One type of treatment doesn’t fit all for those who suffer from PTSD, but there are various ways to get through the disorder and get rid of the symptoms that plague and disrupt your life. These include:

Traditional “Talk Therapy”

Talking it through for PTSD and C-PTSD-affected people is sometimes the best way to treat the disorder. Counselors and psychotherapists that are specially trained in PTSD treatment can usually help the person find closure for the traumatic incident that has caused such a lifestyle change.

Cognitive Therapy

This type of therapy helps a PTSD or C-PTSD affected person to realize that events that took place weren’t his fault and helps alleviate feelings of guilt. A therapist listens to them describe the traumatic event(s) in detail and then helps the person understand the incident and why it happened.

Narcissistic Abuse Recovery Coaching

When the person suffering from C-PTSD is otherwise mentally stable, a good narcissistic abuse recovery coach can help them discover the answers they seek and learn new coping techniques for dealing with the issues that come along with it. This can work together with or independently from traditional therapies.

These types of treatments and remedies work because when the PTSD or C-PTSD-affected person demonstrates that they have a good understanding of the event, they then understand that they’ve been suffering stress because of their thoughts about the situation. If this is something you are personally dealing with, it might help you to know how the therapy-focused treatment and guided self-help coaching options work.

In general, you would work with your therapist or coach to develop a plan for your healing or a self-help plan to address the effects of and overcome your issues related to PTSD or C-PTSD.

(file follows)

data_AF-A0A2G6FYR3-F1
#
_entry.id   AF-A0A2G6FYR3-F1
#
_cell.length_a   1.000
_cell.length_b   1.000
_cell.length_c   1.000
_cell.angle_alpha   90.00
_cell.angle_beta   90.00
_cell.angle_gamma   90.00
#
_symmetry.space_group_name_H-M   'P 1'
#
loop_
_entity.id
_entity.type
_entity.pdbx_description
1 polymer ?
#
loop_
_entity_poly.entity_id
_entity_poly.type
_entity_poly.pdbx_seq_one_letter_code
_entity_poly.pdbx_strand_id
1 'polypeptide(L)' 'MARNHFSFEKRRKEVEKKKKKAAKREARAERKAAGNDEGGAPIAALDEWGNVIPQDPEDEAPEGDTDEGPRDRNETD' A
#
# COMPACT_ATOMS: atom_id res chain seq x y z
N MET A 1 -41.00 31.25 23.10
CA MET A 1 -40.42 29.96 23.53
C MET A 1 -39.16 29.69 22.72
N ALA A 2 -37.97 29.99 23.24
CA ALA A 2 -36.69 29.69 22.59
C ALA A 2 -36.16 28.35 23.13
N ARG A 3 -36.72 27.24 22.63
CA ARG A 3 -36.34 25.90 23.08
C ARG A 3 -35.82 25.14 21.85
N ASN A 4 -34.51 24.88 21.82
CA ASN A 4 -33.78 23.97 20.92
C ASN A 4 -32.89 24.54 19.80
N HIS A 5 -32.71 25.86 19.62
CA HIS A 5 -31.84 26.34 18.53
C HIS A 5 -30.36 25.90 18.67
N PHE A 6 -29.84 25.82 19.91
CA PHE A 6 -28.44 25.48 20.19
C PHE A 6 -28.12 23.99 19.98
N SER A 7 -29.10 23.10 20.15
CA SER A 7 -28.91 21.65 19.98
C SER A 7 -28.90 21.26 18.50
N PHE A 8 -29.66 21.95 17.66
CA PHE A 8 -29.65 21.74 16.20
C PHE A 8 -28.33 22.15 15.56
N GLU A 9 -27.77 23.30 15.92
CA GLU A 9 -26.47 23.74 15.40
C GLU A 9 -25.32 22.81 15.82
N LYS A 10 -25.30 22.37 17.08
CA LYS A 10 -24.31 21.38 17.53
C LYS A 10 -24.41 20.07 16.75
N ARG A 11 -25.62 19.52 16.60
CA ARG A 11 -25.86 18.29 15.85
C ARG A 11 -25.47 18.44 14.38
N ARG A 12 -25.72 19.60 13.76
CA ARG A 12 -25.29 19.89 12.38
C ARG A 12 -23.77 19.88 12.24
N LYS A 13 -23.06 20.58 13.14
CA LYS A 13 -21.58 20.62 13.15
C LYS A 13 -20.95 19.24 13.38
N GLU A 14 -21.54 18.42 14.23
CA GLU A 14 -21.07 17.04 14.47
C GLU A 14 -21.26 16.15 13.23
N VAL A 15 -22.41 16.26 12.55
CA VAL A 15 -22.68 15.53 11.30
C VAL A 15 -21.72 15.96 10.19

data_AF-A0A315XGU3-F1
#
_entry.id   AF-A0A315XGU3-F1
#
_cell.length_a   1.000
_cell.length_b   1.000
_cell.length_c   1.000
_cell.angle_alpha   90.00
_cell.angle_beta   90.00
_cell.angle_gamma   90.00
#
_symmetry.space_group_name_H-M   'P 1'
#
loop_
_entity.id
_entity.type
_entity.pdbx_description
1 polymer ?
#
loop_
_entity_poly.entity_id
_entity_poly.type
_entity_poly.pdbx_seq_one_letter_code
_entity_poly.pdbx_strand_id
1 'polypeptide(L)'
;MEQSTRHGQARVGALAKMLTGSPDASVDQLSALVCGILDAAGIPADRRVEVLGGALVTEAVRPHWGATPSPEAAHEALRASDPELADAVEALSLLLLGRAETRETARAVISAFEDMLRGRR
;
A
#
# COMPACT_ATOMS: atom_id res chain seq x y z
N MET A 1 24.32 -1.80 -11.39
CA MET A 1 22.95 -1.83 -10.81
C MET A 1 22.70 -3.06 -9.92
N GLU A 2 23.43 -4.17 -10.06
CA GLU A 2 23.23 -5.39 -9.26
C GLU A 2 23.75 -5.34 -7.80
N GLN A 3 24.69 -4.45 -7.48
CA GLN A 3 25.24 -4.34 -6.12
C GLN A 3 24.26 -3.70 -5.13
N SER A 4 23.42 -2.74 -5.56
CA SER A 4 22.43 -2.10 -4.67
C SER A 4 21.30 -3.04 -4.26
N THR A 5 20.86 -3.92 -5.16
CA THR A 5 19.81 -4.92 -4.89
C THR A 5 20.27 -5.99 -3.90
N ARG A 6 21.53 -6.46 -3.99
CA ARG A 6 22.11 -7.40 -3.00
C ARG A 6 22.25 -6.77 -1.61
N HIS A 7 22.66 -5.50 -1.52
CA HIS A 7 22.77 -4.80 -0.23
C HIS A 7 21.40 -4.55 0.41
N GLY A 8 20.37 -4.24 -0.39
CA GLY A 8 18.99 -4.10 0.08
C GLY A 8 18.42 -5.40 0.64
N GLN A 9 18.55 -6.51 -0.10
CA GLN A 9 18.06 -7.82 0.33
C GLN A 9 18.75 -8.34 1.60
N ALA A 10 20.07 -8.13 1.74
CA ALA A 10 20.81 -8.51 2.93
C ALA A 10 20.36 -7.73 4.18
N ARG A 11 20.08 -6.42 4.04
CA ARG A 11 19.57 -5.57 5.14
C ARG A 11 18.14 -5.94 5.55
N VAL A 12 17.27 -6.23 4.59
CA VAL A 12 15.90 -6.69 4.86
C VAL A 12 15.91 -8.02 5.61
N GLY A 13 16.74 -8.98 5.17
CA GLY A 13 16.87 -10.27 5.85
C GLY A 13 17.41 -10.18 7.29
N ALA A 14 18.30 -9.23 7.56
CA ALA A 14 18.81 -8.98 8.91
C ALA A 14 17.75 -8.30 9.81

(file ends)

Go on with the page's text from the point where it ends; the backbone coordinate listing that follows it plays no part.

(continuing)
Change Your Mind to Change Your Life: Reprogramming Your Brain

You know by now that narcissistic abuse and the complications of it, including C-PTSD, changes you. The fact is that a toxic relationship involving a malignant narcissist changes who you become. It changes what might have been a happy, confident, secure person into someone who doubts their worth and their value every day. It takes away your ability to have a healthy, full life and causes you to hyper-focus on it as you try in vain to resolve it, repeatedly, over and over again. What happens during a relationship with a toxic narcissist to lead to these changes?

This video will walk you through some of the most common feelings and experiences that lead to the loss of self in a toxic relationship, plus we will talk about self-help techniques you can use to heal and start to find yourself again.

The next step is to learn to replace the frightening and negative thoughts with less traumatic thoughts and put the incident into perspective. These therapy sessions will help you learn how to cope with fear, anger, and guilt that often plague people after a traumatic experience.

Neuroplasticity and Healing After Narcissistic Abuse-Induced C-PTSD

Did you know that narcissistic abuse causes your brain to literally change its structure? The good news? You can change it back, thanks to a recently-discovered concept called neuroplasticity. Here is an introduction to neuroplasticity that can help. By using this simple sort of “brain training,” you can overcome the effects of abuse – including panic attacks, stress, depression, fear, and more.

Neuroplasticity offers a new kind of hope for survivors of narcissistic abuse, this is how our brain can “rewire itself” by forming new neural connections throughout life. This means that the neurons (nerve cells) in the brain can compensate for injury and disease and to adjust their activities in response to new situations or to changes in their environment. Even better, we can intentionally control this process if we choose to do so.

Exposure Therapy

Eliminating fear is one of the goals of exposure therapy and is based on the theory that after a traumatic event happens, a person learns to be afraid of thoughts, feelings, and circumstances that remind him of the traumatic happening. This can work with PTSD, but not generally with C-PTSD.

  • A therapist can help you control those thoughts and feelings and learn how not to be frightened of the memories associated with the event. If you have PTSD, you might spend a lot of time focusing on memories of the event and reliving it.
  • Exposure therapy can help “desensitize” your reaction to the memories and replace them with less stressful thoughts. Relaxing is key to successful exposure therapy and the therapist might use breathing exercises to help with this.

Support Groups